Time Allowed: 3 Hours


Q1. Comment on the following in about 150 words each:  (10×5=50 Marks)

(a) According to Sri Aurobindo, Swaraj is a necessary condition for India to accomplish its destined goal.
(b) Neo-liberal perspective of State
(c) Post-modernism
(d) Eco-feminism
(e) Hobbesian notion of Political Obligation


(a) Rawls' theory of justice is both contractual and distributive. Examine. (20 Marks)
(b) Everywhere, inequality is a cause of revolution - Aristotle. Comment.
(15 Marks)
(c) Define Socialism. Discuss the salient features of Fabian Socialism.
(15 Marks)


(a) What do you understand by Multiculturalism? Discuss Bhikhu Parekh's view on Multiculturalism. (20 Marks)
(b) Deliberative democracy does not have its salience without participation and participatory democracy does not have its credence without deliberations. Comment.
(15 Marks)
(c) Differentiate between Freedom and Liberty. Discuss Marx's notion of freedom.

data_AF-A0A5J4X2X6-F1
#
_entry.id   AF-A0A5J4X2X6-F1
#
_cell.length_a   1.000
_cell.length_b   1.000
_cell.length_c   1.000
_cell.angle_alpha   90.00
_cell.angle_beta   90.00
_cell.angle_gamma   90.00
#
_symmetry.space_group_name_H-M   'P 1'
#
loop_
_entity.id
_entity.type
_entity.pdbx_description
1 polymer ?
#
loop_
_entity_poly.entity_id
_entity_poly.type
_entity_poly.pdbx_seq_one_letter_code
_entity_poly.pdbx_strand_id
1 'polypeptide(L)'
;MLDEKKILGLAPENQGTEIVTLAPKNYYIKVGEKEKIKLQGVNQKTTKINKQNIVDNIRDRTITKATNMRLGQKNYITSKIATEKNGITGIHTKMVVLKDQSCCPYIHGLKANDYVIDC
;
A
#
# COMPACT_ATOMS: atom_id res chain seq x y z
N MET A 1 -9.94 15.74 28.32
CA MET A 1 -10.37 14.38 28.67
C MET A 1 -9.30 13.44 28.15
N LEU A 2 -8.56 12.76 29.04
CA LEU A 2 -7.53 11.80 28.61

(15 Marks)


(a) Political democracy could not last unless social democracy lay at its base - B.R. Ambedkar. Comment. (20 Marks)
(b) Write a brief note on The End of History debate.
(15 Marks)
(c) What do you understand by the notion of Statecraft? Discuss the theory of statecraft as given by Kautilya.
(15 Marks)

Printed Study Material for IAS PRE cum Mains General Studies

Jobless growth in India, result of poor economic strategy : Weekly IAS Mains Essay Writing Challenge

Essay Answer Writing Challenge

Weekly IAS Mains Essay Writing Challenge

Write essays from the following Section A & B, in about 1000-1200 words each. Total Marks: 250 (125+125)

Section ‘A’

Topic : Jobless growth in India, result of poor economic strategy

Section ‘B’

Topic : Cooperative federalism in practice

Write Your Answer in Comment Box.

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(Book) INDIAN GOVERNMENT AND POLITICS By Vivek S Raj, Civil Services Times


Medium: English

Price: Rs. 395/-

Pages: 512

Publisher: Civil Services Times



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(Book) GEOGRAPHY INDIA AND THE WORLD By Vivek S Raj, Civil Services Times



Medium: English

Price: Rs. 425/-

Pages: 527

Publisher: Civil Services Times